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Anomalous pulmonary venous drainage occurs when the pulmonary veins drain into systemic veins or into the right atrium rather than the left atrium. The anomalous pulmonary venous drainage can be total, involving all of the pulmonary venous return, or partial, involving some of the pulmonary venous return. High SVC partial anomalous pulmonary venous drainage refers to drainage of some or all of the right sided pulmonary veins to the SVC remote from the right atrium. This abnormality results in left-to-right shunting of blood at the atrial level, as well as right ventricular and right atrial dilatation. With prolonged dilatation, right ventricular dysfunction and atrial arrhythmias can occur. In addition, long standing pulmonary overcirculation occurring as a result of this anomaly can eventually lead to pulmonary vascular obstructive disease.
Repair of high SVC partial anomalous pulmonary venous return requires cardiopulmonary bypass and aortic cross-clamping. The conventional approach to repair of this lesion is similar to the technique of repair described for sinus venosus atrial septal defect, in which the anomalous pulmonary venous drainage is redirected with a patch through an atrial septal defect into the left atrium (see Sinus Venosus Atrial Septal Defect). A patch or baffle placed in the superior vena cava, however, could potentially result in obstruction of the superior vena cava or the anomalous pulmonary vein. With an alternative technique, the SVC is divided just above the entrance of
the anomalous pulmonary vein. Next, the lower SVC stump is oversewn, and the entire mouth of the SVC is redirected with an intracardiac baffle through an atrial septal defect created by the surgeon. The upper SVC is then sewn to the right atrial appendage to allow upper body systemic venous return to enter the right atrium (see diagram). With this technique, the potential for SVC obstruction due to scarring around the intra-caval baffle is avoided. In addition, postoperative atrial arrhythmias are minimized since suture lines are remote from the area of the SA node. Aortic cross clamp time and cardiopulmonary bypass time required to repair this defect are usually short to moderate.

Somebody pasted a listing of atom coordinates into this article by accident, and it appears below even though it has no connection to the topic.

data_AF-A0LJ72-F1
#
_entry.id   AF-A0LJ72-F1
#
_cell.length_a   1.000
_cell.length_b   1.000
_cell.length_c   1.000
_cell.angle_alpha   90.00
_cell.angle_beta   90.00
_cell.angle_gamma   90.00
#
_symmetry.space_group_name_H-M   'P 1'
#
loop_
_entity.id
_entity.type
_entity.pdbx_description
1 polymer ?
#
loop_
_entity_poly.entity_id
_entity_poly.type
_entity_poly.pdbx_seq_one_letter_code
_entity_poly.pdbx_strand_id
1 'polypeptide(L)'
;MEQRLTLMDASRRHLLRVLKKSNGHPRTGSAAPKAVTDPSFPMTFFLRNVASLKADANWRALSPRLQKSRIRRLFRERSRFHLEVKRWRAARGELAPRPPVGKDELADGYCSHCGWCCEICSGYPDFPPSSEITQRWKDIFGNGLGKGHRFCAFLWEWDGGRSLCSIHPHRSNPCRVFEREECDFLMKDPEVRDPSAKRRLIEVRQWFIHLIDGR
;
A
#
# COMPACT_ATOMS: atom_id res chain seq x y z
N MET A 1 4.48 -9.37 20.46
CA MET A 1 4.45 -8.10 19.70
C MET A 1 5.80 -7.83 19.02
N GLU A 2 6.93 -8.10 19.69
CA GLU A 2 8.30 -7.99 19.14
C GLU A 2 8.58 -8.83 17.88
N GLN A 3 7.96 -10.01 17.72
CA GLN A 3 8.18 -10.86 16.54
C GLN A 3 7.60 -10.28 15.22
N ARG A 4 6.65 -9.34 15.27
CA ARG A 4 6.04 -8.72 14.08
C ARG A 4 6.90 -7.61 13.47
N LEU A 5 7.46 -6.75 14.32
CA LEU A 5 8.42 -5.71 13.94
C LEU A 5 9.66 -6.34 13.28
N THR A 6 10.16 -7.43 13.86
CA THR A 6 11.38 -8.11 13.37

The postoperative course following repair of high SVC partial anomalous pulmonary venous drainage is usually benign. Invasive monitors used include central venous and arterial catheters. Non-invasive monitors include NIRS (near-infrared spectroscopy) probes to assess adequacy of regional and global perfusion and traditional pulse oximetry. Vasoactive infusions required for hemodynamic management are rarely required. Atrial arrhythmias are a potential complication following this repair. Temporary cardiac pacing capability should be readily available. Stenosis of the SVC-right atrial connection is a rare complication, but it would likely manifest itself as swelling of the head and upper body. Bleeding is an unusual complication since suture lines are exposed to low right heart pressure. Length of hospital stay required for recovery averages 4 to 6 days.